Written Answers Nos. 1-21
Dáil Éireann Debate
Written Answers Nos. 1-21
Child Protection Services
8. Deputy Niall Collins asked the Minister for Children and Youth Affairs if she is satisfied that there are adequate supports in place for social workers in child welfare; and if she will make a statement on the matter. [38701/13]
Minister for Children and Youth Affairs (Deputy Frances Fitzgerald): The provision of appropriate training and support for social work staff is a matter of critical importance to ensuring quality and capacity in child protection and welfare services, in particular given the challenging environments within which social workers operate.
As Minister, I have overseen the introduction, for the first time, of new National Standard for child protection and welfare services and the commencement of independent inspections by HIQA. The first inspection report, along with recent inspection reports into fostering services have indicated the pressures faced by social work staff and need for ongoing training, support and supervision.
In 2012, of the part of the ongoing reform programme, HSE Children and Family Services established a national structure to manage the work of Workforce Development. This has provided, for the first time, a common national approach to ensuring consistency and quality assurance.
As part of this systematic training needs analysis has being undertaken and a National Training Plan has been prepared. In accordance with this a prioritised programme of standardised training courses and complementary training modules is now being provided nationwide. Further specific courses have also been introduced to support the implementation of the Staff Supervision Policy 2013.
Social workers are also assisted in their work by team leaders, principal social workers and other levels of management. There is also a range of guidance available to social workers, most recently the very comprehensive HSE Child Protection and Welfare Practice Handbook.
An induction process involving full briefing and introduction of new staff under the supervision of line management has been introduced within the HSE. As well as the ongoing filling of replacement posts some 270 additional social worker posts have been filled as part of the implementation plan in response to the recommendations of the Ryan Report.
In addition, the Health and Social Care Professionals Act, 2005 provided for the establishment of a Social Workers Registration Board, which was appointed in 2010. One of the functions of the Board is to set and enforce standards of education and training for the purposes of registration. These standards were developed in consultation with relevant stake-holders including employers, professional bodies, education and public representatives.
The object of the Social Work Registration Board is to protect the public by fostering high standards of professional conduct and professional education, training and competence among social work registrants. The registration requirements will include a Continual Professional Development element and my officials will continue to liaise with the Health and Social Care Professionals Council (CORU), regarding emerging needs and priorities in this regard.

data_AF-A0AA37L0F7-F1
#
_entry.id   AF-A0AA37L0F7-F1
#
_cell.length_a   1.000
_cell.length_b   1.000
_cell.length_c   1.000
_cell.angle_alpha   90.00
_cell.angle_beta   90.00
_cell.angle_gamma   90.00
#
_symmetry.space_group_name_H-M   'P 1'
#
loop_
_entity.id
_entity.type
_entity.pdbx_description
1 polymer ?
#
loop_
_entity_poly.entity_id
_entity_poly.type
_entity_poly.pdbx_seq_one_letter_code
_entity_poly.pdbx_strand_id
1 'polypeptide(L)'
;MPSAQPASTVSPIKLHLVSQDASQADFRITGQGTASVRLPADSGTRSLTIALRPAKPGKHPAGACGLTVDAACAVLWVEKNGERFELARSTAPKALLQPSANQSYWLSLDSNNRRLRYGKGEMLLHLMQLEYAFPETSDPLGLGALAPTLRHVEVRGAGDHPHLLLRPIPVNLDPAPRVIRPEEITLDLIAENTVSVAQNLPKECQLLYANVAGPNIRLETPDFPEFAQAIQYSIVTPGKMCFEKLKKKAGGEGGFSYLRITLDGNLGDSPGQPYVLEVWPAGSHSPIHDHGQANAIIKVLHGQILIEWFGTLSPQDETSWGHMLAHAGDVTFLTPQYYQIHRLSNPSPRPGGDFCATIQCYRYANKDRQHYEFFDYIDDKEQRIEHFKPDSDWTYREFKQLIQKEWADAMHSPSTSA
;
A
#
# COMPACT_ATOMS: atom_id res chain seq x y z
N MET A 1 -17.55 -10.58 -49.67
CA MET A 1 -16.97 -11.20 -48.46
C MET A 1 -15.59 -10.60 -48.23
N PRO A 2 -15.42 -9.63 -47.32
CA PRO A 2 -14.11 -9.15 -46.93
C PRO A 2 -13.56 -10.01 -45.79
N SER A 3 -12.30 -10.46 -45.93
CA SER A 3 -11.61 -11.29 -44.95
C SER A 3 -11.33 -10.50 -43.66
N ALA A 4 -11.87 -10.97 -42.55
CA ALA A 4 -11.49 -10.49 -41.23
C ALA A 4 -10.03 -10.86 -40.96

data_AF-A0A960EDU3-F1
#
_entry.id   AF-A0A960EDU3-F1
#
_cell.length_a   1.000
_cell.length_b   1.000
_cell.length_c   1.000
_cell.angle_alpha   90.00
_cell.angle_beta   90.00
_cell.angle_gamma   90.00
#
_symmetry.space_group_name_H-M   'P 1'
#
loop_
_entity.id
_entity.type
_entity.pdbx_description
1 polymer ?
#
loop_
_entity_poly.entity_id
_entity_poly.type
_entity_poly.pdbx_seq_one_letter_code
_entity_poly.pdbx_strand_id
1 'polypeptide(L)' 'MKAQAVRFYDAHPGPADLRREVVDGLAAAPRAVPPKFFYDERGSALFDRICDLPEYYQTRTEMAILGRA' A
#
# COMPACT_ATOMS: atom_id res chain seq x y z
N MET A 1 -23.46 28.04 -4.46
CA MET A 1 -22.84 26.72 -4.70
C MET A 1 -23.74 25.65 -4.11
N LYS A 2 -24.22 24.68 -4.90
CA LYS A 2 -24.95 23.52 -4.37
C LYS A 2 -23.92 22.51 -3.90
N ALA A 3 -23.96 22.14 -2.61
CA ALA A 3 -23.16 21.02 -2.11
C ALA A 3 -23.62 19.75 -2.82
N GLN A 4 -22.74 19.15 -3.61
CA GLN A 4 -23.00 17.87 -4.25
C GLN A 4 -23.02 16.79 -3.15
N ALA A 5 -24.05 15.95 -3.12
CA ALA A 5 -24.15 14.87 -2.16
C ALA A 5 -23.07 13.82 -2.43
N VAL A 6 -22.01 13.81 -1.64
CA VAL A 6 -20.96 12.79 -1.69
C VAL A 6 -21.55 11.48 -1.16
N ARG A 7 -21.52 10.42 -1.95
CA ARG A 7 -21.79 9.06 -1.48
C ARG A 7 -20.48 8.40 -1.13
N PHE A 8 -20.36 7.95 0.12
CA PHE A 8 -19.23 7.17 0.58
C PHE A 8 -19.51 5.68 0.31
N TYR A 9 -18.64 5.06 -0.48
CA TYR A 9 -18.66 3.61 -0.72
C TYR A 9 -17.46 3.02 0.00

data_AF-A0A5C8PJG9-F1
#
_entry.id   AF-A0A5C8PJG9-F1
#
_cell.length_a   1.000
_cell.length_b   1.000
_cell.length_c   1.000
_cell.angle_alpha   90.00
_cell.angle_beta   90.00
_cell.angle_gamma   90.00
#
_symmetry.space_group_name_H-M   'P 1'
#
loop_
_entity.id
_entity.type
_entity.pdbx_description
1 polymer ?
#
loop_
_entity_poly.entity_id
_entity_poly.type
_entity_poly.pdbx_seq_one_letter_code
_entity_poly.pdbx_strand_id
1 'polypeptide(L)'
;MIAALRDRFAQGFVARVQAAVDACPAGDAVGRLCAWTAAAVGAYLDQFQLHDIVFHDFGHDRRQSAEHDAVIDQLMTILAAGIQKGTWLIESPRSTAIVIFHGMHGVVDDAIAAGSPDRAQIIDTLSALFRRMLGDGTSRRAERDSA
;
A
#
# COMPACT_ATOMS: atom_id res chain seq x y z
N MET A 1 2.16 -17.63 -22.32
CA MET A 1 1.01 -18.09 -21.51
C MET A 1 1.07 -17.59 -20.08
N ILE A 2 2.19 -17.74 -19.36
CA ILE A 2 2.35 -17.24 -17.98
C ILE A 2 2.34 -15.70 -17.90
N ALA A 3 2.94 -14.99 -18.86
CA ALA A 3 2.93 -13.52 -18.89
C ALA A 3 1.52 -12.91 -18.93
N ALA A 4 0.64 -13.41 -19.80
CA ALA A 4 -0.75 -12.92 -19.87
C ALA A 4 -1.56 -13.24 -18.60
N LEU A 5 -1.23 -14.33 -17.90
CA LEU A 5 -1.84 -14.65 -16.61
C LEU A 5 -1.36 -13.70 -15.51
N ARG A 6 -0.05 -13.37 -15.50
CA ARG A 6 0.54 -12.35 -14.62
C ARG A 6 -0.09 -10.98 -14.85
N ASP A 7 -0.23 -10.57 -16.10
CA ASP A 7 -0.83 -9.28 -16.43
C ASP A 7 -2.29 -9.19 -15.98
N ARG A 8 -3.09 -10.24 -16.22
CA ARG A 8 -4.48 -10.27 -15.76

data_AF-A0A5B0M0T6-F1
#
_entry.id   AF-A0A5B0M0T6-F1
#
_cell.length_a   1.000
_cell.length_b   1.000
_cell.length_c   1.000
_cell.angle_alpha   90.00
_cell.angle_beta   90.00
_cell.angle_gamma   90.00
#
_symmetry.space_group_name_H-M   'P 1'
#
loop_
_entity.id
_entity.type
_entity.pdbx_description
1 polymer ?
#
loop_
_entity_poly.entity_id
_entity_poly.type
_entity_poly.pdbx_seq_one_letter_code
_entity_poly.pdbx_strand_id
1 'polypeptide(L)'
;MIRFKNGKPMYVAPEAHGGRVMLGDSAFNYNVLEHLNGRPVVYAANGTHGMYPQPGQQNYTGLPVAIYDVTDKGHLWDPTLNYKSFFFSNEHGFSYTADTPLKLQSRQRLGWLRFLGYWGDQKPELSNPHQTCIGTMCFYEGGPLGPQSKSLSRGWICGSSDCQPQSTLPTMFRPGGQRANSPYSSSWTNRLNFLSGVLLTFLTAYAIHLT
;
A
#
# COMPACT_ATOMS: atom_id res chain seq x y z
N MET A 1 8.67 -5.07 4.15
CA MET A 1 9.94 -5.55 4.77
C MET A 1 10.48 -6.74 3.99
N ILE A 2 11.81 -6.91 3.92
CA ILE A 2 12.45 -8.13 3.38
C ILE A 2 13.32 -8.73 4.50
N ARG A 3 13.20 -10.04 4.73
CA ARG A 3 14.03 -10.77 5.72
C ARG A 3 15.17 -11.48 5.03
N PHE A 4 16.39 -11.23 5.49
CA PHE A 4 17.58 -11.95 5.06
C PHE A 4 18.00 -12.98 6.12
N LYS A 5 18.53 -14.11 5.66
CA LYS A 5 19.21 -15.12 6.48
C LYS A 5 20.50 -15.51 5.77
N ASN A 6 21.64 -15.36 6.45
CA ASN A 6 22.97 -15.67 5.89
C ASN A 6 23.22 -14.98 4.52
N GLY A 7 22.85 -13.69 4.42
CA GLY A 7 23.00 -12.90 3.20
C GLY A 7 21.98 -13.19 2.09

9. Deputy Barry Cowen asked the Minister for Children and Youth Affairs her plans to ban corporal punishment within the home and alternative care settings; and if she will make a statement on the matter. [38705/13]
Minister for Children and Youth Affairs (Deputy Frances Fitzgerald): Considerable progress has been made to restrict the use of corporal punishment in Ireland. Corporal punishment in schools is banned, and regulations for creches, foster care and residential settings address the use of appropriate discipline. Corporal punishment in the home, while not specifically outlawed, is governed by the provisions of section 246 of the Children Act, 2001. Section 246 makes it an offence to assault, ill-treat, neglect, abandon or expose a child in a manner likely to cause unnecessary suffering or injury to the child's health or seriously affect his or her wellbeing. A limited defence of reasonable chastisement exists in common law for parents and persons acting in loco parentis, but successful high profile prosecutions have been taken by the State under section 246 where parents are deemed to have used excessive or unreasonable force in disciplining children.
My Department is reviewing the complex policy, legal and constitutional issues involved and is also currently engaged with the Department of Foreign Affairs and the Attorney General's Office to respond formally to the European Committee of Social Rights of the Council of Europe (CoE) in respect of matters raised through the committee around the banning of corporal punishment in all settings. The Government has been invited to make a submission to the Committee on the merit of the complaint and it is my intention to do so. In responding, the submission will allude to the significant progress which continues to be made in relation to the Government’s commitment to protect the rights of children, including the proposal to amend the Constitution in relation to children’s rights, the enactment of a suite of relevant DCYA and Justice legislation, and progress in relation to fundamental reform of the child protection services, the establishment of the Child and Family Agency, and drafting legislation in relation to putting Children First on a statutory basis. I will be keeping my Cabinet colleagues fully updated in this matter and will be discussing with them the full range of policy options available.